How will we reimagine Trade when we design rules for the twenty-first century? Are the digital documents being designed to be functionally equivalent of the archaic physical document? For example, the concept of endorsement, intended to transfer a title to a new titleholder, requires a functional equivalence in the digital world. There was a time when we used to see physical cheques endorsed and title transferred to third parties. More than fifteen years back, I remember a Finland company opening an account with the bank I worked for and was surprised to see a cheque book in the welcome kit. He vaguely remembered seeing his father use cheques a long time back. Can we expect the coming generation of trade practitioners to say the same about physical documents in Trade?
What is the Tesla among Trade that we are going to see? Is it going to be the old wine put into a new bottle called Automation or digitization? Are we trying to reimagine the rules? Are we trying to break the mould and create a relevant instrument for the post covid digital world?
What is the Tesla among Trade that we are going to use? Is it Automation of the existing physical Trade, or will we adopt a new way relevant to the current generation?
Blockchain could be the Tesla of Trade as it is the new technology that will help us break the old processes and transition to the new. Blockchain provides the trust, authenticity and ability to involve multiple players without losing security. It gives a new means for players to connect securely. A blockchain solution that is network agnostic while providing trust and authenticity would be the ideal solution for negotiable instruments in post covid era. However, one organization establishing authenticity for the whole world brings a lot of trust issues. Today we have the certificate of origins issued by one country verified and accepted by another country without hassles. In the case of transferable records, the records originate from independent corporates, and the transfer of title must be seamlessly recorded. A network of international and regional organizations like UN, ASEAN, SAARC, GCC, PA, providing a mechanism to register a document and vouch for the authenticity and ownership of a registered document, can help bring confidence into the system.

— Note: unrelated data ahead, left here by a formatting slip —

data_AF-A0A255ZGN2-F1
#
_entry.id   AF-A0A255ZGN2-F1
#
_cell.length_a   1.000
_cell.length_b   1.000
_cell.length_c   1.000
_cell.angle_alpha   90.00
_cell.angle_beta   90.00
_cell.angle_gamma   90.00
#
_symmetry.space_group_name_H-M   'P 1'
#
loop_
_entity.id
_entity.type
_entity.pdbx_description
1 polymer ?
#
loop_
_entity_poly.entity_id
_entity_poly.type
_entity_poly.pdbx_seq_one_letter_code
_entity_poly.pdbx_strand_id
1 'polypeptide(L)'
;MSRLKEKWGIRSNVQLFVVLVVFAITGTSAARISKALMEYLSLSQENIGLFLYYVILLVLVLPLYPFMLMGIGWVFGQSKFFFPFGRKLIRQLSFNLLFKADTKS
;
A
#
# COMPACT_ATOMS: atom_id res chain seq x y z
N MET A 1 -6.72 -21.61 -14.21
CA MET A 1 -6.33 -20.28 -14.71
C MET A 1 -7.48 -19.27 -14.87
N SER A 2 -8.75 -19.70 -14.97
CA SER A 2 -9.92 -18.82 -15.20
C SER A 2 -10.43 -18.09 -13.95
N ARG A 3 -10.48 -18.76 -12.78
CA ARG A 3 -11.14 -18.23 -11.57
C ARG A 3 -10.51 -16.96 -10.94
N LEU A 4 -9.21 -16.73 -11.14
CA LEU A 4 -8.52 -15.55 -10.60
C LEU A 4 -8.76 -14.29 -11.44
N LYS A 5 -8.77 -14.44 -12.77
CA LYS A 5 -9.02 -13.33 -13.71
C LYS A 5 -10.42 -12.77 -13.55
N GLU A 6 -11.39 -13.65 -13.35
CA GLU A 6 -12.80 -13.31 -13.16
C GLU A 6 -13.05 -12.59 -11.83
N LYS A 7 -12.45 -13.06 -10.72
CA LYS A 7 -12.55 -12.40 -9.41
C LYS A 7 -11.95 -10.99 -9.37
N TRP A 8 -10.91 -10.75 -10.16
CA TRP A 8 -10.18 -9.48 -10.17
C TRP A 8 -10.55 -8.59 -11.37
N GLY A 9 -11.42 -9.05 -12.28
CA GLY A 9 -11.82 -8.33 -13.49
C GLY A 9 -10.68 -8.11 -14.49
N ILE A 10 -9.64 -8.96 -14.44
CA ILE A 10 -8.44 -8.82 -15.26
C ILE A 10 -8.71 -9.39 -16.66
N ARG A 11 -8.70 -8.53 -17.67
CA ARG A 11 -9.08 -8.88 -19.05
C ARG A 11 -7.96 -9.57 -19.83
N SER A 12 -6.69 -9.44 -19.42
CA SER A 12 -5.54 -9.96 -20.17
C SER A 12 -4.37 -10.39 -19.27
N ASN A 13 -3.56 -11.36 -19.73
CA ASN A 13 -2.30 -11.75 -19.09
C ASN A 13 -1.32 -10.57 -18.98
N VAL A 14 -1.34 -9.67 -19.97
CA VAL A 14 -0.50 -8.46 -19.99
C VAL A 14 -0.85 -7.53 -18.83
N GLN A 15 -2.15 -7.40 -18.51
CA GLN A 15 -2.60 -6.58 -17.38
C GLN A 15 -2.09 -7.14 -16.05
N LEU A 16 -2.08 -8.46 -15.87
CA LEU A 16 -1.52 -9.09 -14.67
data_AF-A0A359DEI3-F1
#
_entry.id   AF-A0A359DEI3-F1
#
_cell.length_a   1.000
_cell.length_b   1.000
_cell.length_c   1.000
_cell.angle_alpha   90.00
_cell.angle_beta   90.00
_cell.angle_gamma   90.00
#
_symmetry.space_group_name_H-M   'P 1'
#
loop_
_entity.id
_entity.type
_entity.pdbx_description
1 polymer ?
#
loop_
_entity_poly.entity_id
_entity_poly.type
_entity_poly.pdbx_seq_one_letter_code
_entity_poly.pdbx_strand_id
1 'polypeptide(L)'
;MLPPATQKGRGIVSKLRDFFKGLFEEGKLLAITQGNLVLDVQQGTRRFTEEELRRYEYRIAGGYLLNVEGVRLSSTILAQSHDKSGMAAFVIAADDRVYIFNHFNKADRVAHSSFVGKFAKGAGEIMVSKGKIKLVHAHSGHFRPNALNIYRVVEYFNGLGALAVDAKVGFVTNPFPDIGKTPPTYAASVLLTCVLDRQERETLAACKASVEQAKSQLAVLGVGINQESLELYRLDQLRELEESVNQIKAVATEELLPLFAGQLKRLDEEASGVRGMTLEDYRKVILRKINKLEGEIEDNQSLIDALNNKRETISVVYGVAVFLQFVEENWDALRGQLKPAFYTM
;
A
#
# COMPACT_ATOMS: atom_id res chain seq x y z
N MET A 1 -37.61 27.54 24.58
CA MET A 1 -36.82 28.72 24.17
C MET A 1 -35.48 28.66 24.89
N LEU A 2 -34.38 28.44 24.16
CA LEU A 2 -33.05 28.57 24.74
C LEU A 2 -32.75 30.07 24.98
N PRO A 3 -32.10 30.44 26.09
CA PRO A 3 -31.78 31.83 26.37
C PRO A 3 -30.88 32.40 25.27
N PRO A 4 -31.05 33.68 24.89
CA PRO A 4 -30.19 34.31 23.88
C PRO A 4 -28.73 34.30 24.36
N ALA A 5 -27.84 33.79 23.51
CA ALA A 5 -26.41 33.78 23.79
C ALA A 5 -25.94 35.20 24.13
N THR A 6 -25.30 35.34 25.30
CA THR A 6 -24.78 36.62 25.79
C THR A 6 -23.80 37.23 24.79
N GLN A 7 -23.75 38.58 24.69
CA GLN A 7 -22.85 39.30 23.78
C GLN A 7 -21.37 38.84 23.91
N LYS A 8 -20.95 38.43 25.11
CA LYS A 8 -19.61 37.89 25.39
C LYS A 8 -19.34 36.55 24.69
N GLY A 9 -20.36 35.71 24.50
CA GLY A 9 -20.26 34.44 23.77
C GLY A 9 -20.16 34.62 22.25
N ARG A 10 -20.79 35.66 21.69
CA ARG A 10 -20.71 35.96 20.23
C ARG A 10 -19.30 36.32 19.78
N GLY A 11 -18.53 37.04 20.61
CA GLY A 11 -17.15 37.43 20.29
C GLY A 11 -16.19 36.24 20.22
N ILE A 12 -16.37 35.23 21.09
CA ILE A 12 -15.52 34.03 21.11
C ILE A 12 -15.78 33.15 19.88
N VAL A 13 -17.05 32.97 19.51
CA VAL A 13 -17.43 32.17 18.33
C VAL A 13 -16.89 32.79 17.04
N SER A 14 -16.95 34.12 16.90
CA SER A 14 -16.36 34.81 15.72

Covid 19 has forced us to find ways and means to address life where there is no assurance of physical movement of persons. With the multiple waves of covid, which restricts the physical movement of people, Blockchain can securely connect people and organisations. We have had enough examples and proof of concepts demonstrating the capability of this technology. Digital trade is only a fraction of global trade volumes and it is only a matter of time before large scale adoption of this technology and transformations happens in the Trade finance space. Possibly this is the solution that Trade has been eagerly waiting for a long time.